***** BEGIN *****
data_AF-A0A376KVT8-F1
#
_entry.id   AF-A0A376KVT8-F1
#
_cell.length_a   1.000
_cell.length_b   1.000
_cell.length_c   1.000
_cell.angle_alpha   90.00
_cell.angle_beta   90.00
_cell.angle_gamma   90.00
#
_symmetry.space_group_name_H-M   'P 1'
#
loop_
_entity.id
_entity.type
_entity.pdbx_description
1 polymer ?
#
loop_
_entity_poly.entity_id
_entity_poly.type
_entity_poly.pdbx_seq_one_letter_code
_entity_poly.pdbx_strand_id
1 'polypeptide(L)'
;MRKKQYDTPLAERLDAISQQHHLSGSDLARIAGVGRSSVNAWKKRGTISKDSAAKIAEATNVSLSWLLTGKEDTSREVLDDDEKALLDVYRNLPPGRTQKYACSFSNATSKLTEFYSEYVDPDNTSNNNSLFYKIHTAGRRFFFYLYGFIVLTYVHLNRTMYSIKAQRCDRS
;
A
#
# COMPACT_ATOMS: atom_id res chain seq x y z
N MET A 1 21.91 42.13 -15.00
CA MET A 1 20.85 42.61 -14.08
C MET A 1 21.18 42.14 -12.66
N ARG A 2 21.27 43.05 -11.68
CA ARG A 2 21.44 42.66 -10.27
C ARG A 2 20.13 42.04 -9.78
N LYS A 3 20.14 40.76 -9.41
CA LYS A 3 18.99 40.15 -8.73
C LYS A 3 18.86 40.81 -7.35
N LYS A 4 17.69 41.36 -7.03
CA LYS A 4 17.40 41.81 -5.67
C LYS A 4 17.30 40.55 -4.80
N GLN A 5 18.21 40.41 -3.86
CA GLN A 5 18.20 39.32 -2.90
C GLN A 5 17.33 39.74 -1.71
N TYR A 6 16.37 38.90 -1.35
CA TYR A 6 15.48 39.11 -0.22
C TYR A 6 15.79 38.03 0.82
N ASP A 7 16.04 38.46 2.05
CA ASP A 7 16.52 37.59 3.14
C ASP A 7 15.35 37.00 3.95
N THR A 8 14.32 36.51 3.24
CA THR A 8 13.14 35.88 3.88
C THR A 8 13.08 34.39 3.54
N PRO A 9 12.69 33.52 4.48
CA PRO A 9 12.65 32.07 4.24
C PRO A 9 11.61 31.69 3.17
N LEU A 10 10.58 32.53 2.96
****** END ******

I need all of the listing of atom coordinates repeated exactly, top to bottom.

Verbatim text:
data_AF-A0A376KVT8-F1
#
_entry.id   AF-A0A376KVT8-F1
#
_cell.length_a   1.000
_cell.length_b   1.000
_cell.length_c   1.000
_cell.angle_alpha   90.00
_cell.angle_beta   90.00
_cell.angle_gamma   90.00
#
_symmetry.space_group_name_H-M   'P 1'
#
loop_
_entity.id
_entity.type
_entity.pdbx_description
1 polymer ?
#
loop_
_entity_poly.entity_id
_entity_poly.type
_entity_poly.pdbx_seq_one_letter_code
_entity_poly.pdbx_strand_id
1 'polypeptide(L)'
;MRKKQYDTPLAERLDAISQQHHLSGSDLARIAGVGRSSVNAWKKRGTISKDSAAKIAEATNVSLSWLLTGKEDTSREVLDDDEKALLDVYRNLPPGRTQKYACSFSNATSKLTEFYSEYVDPDNTSNNNSLFYKIHTAGRRFFFYLYGFIVLTYVHLNRTMYSIKAQRCDRS
;
A
#
# COMPACT_ATOMS: atom_id res chain seq x y z
N MET A 1 21.91 42.13 -15.00
CA MET A 1 20.85 42.61 -14.08
C MET A 1 21.18 42.14 -12.66
N ARG A 2 21.27 43.05 -11.68
CA ARG A 2 21.44 42.66 -10.27
C ARG A 2 20.13 42.04 -9.78
N LYS A 3 20.14 40.76 -9.41
CA LYS A 3 18.99 40.15 -8.73
C LYS A 3 18.86 40.81 -7.35
N LYS A 4 17.69 41.36 -7.03
CA LYS A 4 17.40 41.81 -5.67
C LYS A 4 17.30 40.55 -4.80
N GLN A 5 18.21 40.41 -3.86
CA GLN A 5 18.20 39.32 -2.90
C GLN A 5 17.33 39.74 -1.71
N TYR A 6 16.37 38.90 -1.35
CA TYR A 6 15.48 39.11 -0.22
C TYR A 6 15.79 38.03 0.82
N ASP A 7 16.04 38.46 2.05
CA ASP A 7 16.52 37.59 3.14
C ASP A 7 15.35 37.00 3.95
N THR A 8 14.32 36.51 3.24
CA THR A 8 13.14 35.88 3.88
C THR A 8 13.08 34.39 3.54
N PRO A 9 12.69 33.52 4.48
CA PRO A 9 12.65 32.07 4.24
C PRO A 9 11.61 31.69 3.17
N LEU A 10 10.58 32.53 2.96